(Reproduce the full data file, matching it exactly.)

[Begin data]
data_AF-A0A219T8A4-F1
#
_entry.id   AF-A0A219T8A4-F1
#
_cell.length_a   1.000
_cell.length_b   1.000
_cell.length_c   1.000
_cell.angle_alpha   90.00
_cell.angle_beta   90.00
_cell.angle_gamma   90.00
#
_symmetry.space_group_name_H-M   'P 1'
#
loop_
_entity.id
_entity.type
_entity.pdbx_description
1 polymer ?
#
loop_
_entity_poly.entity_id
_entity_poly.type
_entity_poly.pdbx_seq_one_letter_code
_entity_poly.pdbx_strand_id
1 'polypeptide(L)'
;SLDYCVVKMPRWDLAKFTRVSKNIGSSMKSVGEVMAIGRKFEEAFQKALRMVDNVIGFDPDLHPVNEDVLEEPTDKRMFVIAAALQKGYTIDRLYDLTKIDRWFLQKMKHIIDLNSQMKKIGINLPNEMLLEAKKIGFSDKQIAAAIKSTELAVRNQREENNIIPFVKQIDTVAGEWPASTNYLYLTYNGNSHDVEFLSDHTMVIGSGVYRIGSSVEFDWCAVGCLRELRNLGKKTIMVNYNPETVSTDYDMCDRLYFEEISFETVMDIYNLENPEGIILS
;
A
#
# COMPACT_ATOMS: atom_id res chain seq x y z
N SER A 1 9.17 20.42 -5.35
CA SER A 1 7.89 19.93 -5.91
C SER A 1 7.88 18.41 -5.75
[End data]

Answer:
data_AF-A0A219T8A4-F1
#
_entry.id   AF-A0A219T8A4-F1
#
_cell.length_a   1.000
_cell.length_b   1.000
_cell.length_c   1.000
_cell.angle_alpha   90.00
_cell.angle_beta   90.00
_cell.angle_gamma   90.00
#
_symmetry.space_group_name_H-M   'P 1'
#
loop_
_entity.id
_entity.type
_entity.pdbx_description
1 polymer ?
#
loop_
_entity_poly.entity_id
_entity_poly.type
_entity_poly.pdbx_seq_one_letter_code
_entity_poly.pdbx_strand_id
1 'polypeptide(L)'
;SLDYCVVKMPRWDLAKFTRVSKNIGSSMKSVGEVMAIGRKFEEAFQKALRMVDNVIGFDPDLHPVNEDVLEEPTDKRMFVIAAALQKGYTIDRLYDLTKIDRWFLQKMKHIIDLNSQMKKIGINLPNEMLLEAKKIGFSDKQIAAAIKSTELAVRNQREENNIIPFVKQIDTVAGEWPASTNYLYLTYNGNSHDVEFLSDHTMVIGSGVYRIGSSVEFDWCAVGCLRELRNLGKKTIMVNYNPETVSTDYDMCDRLYFEEISFETVMDIYNLENPEGIILS
;
A
#
# COMPACT_ATOMS: atom_id res chain seq x y z
N SER A 1 9.17 20.42 -5.35
CA SER A 1 7.89 19.93 -5.91
C SER A 1 7.88 18.41 -5.75